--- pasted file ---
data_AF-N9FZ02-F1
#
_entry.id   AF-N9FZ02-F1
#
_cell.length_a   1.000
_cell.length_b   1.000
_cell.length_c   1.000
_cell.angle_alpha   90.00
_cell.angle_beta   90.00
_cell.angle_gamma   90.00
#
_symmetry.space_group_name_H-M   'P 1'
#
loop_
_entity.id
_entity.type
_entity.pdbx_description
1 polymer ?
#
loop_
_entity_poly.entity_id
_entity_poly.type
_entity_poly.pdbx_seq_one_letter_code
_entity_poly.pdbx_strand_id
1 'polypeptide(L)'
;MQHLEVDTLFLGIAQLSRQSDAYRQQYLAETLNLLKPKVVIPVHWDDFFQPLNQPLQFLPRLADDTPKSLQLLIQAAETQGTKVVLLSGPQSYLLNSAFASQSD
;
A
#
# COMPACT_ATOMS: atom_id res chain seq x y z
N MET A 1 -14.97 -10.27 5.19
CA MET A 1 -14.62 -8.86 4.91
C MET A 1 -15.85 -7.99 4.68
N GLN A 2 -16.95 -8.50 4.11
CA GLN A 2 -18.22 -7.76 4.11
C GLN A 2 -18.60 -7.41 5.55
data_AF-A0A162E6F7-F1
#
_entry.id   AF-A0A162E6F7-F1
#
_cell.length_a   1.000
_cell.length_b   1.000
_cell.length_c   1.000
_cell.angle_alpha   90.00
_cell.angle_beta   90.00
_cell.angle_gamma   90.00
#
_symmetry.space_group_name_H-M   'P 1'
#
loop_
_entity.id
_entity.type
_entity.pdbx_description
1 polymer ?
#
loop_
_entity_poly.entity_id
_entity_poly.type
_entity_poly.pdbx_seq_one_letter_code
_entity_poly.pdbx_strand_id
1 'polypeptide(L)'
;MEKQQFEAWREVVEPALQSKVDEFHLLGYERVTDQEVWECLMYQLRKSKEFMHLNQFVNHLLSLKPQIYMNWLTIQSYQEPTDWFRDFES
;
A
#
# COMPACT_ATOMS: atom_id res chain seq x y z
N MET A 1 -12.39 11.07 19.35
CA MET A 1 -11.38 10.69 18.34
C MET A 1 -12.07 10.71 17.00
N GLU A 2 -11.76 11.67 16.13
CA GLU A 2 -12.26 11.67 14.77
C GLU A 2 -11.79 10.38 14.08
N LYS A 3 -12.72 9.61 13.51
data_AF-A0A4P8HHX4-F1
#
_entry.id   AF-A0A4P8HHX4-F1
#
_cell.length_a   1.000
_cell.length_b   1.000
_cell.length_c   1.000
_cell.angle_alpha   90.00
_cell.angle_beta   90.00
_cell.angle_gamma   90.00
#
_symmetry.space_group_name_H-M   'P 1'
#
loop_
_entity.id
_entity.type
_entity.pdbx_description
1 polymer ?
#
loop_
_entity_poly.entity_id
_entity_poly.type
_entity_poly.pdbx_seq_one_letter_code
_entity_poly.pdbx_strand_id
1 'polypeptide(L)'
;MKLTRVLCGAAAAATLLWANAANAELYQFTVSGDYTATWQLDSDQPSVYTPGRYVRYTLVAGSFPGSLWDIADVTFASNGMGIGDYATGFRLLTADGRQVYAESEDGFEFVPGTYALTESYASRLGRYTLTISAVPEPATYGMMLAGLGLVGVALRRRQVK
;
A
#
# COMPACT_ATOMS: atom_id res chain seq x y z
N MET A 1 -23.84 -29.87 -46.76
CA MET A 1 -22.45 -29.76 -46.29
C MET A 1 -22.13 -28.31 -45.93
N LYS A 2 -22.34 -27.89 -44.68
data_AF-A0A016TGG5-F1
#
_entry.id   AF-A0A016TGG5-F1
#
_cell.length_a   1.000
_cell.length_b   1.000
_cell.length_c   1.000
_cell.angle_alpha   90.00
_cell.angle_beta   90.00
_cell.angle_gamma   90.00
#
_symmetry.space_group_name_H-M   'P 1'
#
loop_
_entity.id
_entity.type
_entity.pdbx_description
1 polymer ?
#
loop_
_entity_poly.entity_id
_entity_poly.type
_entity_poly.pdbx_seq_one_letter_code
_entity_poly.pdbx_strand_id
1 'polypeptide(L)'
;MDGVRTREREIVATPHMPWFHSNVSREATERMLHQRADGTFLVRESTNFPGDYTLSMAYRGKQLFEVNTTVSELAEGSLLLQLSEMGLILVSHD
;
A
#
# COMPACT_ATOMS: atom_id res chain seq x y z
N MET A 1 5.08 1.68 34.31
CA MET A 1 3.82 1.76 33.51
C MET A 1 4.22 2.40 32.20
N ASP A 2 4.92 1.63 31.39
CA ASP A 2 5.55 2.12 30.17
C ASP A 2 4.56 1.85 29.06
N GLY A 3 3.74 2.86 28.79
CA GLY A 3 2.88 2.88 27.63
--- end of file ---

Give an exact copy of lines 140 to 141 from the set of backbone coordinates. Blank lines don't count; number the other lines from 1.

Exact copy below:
C MET A 1 4.22 2.40 32.20
N ASP A 2 4.92 1.63 31.39